A rosy-fingered dawn greeted the PAX who gathered for a beatdown set to 90s music, freshly imported from actual compact discs that were listened to in the 1990s.
Warmorama: Sidestraddle hops during Live’s “I Alone” with a burpee for “I Alone.” Arm circles, Daisy pickers and calf stretches.
The Thang: PAX choose two cards from the dexicon, do the exercise (number card = 30+, royal = 50, Ace + 100). After two cards completed, sprint to goal post, job 75% to the chair placed half way, jog the rest of the way. Repeat. The 90s glory kept drawing the runners back to the deck.
Moleskin: F3 talks about “the Warrior” (mentioned previously), so we discussed “the King” from Rohr’s From Wild Man to Wise Man:
The calm king sitting on his throne is the archetype of centeredness and security within himself. He is, therefore, a symbol of fertility and creativity within himself. To be in the king’s good graces is to be at the core. The king in a man is secure neough to recognize, affirm and bless goodness when he sees it inn others. he is not threatened by the growth or maturity of others, because he knows and loves who he himself is. You cannot threaten the king because he does not need you, or even need your admiration. He is the principle of healthy autonomy and very clear boundaries. the greater the king, the bigger the realm he is able to hold together. Some are kings for their own limited racial group, some hold together a “rainbow coalition,” others preside over the whole domain and hold it together in unity. Thus Christians rightly speak of Jesus as “King of kings” because his universal rain “falls on the good and bad, the just and the unjust.”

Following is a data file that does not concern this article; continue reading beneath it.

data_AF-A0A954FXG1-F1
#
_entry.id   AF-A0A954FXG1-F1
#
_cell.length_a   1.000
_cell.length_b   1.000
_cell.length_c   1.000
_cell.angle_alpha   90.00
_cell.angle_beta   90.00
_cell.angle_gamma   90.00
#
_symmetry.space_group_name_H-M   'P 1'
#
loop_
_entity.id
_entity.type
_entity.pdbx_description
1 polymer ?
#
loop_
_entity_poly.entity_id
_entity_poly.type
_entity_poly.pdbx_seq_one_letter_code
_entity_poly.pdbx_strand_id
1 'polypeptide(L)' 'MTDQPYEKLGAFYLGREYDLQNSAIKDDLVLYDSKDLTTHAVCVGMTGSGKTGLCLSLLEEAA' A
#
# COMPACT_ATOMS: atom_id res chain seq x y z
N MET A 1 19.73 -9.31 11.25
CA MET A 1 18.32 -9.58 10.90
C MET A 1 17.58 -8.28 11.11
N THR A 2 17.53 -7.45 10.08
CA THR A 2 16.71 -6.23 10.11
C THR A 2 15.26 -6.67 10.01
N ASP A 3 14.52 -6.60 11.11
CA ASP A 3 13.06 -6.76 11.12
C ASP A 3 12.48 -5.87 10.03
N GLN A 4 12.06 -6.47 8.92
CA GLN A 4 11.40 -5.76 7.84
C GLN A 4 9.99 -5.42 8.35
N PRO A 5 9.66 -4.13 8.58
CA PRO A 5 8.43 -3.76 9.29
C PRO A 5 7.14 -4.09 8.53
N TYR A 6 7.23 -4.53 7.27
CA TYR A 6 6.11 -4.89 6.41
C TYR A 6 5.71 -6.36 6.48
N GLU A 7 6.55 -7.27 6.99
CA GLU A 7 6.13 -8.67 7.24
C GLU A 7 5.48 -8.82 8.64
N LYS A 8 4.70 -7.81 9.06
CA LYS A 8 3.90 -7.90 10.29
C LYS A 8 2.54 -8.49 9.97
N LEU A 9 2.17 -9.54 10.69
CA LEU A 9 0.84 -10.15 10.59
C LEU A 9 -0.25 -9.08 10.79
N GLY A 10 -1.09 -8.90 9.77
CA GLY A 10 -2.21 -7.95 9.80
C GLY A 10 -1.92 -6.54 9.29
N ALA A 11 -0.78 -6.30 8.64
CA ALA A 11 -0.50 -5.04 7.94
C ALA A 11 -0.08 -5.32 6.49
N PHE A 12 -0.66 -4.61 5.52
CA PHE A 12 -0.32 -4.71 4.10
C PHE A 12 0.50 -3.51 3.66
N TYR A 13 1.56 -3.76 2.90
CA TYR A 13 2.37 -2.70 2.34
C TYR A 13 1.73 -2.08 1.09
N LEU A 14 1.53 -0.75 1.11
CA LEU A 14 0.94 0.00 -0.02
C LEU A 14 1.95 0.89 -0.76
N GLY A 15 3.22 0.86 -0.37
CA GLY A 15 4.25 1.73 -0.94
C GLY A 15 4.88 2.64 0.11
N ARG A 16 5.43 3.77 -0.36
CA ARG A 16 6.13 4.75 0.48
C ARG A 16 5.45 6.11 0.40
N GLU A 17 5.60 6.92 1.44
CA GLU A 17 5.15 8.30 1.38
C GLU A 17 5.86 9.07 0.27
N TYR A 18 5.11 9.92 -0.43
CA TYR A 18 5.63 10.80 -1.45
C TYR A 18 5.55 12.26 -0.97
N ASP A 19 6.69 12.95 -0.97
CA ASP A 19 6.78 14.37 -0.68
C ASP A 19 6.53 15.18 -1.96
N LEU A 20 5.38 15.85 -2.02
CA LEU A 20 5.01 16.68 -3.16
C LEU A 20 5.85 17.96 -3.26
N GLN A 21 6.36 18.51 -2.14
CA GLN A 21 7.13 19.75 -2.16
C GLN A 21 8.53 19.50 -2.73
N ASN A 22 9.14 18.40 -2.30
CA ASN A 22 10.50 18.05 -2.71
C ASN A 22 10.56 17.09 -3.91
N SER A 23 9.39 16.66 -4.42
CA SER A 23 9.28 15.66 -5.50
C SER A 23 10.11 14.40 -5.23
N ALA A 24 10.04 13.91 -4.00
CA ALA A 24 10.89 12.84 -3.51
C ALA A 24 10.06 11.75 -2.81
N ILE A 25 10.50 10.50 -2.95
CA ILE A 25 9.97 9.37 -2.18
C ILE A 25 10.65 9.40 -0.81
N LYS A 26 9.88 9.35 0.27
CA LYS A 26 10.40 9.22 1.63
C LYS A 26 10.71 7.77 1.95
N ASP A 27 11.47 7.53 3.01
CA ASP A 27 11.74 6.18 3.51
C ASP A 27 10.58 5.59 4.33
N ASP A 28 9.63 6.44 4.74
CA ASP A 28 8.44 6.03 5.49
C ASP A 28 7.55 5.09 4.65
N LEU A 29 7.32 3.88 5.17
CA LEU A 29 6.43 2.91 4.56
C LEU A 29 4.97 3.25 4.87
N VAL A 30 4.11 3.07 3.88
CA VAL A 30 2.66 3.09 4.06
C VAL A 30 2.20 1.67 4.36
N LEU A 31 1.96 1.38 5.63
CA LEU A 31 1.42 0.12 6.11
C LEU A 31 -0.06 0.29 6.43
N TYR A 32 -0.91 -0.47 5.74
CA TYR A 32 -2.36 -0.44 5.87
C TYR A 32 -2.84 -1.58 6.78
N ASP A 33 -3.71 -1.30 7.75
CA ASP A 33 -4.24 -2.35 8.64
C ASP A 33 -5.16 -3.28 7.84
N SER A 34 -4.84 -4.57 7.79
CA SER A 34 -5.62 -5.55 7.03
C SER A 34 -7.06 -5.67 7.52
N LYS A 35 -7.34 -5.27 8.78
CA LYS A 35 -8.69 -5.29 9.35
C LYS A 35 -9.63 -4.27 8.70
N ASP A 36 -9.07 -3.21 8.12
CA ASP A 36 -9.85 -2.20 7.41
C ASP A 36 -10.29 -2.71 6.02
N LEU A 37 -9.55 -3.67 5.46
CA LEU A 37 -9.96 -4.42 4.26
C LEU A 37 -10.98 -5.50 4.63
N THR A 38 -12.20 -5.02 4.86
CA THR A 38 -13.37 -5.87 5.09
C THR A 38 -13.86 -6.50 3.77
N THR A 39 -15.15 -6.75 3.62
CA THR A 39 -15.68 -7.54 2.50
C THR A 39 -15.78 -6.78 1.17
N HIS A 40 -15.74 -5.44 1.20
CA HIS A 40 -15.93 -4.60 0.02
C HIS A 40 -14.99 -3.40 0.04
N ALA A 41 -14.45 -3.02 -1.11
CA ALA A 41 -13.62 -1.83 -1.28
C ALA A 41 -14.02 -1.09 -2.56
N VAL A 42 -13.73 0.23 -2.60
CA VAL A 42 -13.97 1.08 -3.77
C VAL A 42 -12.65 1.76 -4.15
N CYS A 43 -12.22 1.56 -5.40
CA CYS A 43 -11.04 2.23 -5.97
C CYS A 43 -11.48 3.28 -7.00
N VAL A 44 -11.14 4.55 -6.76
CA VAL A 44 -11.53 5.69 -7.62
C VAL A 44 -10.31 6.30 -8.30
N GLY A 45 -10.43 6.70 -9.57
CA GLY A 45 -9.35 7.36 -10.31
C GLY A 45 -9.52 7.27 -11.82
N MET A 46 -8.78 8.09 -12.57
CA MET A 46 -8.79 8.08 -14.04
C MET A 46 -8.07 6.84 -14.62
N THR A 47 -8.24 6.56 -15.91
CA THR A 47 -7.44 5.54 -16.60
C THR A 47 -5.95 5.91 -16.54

COT: Cooper, mothers, FIA sister group, Dr. Phil’s boro, Saga’s friend, Big Mac’s students.
NOR: (can anyone tell me what NOR means? I think it means people who showed): FNG: @Draper, @Banks, @SAGA, @Banks, @Beaker, @BigMac, @Katniss, @Shiplap, @Tortuga, @Panhandle, @Jolly, @DaVinci Q
Bonus: Summary of coffeteria discussion: We discussed the extreme stress of football coaching culture (and American work culture in general), the cost to families, and the sacrifices necessary for “greatness,” sacrifices that are often not worth it. Better a whole person perhaps than to give it all to exceed in one area.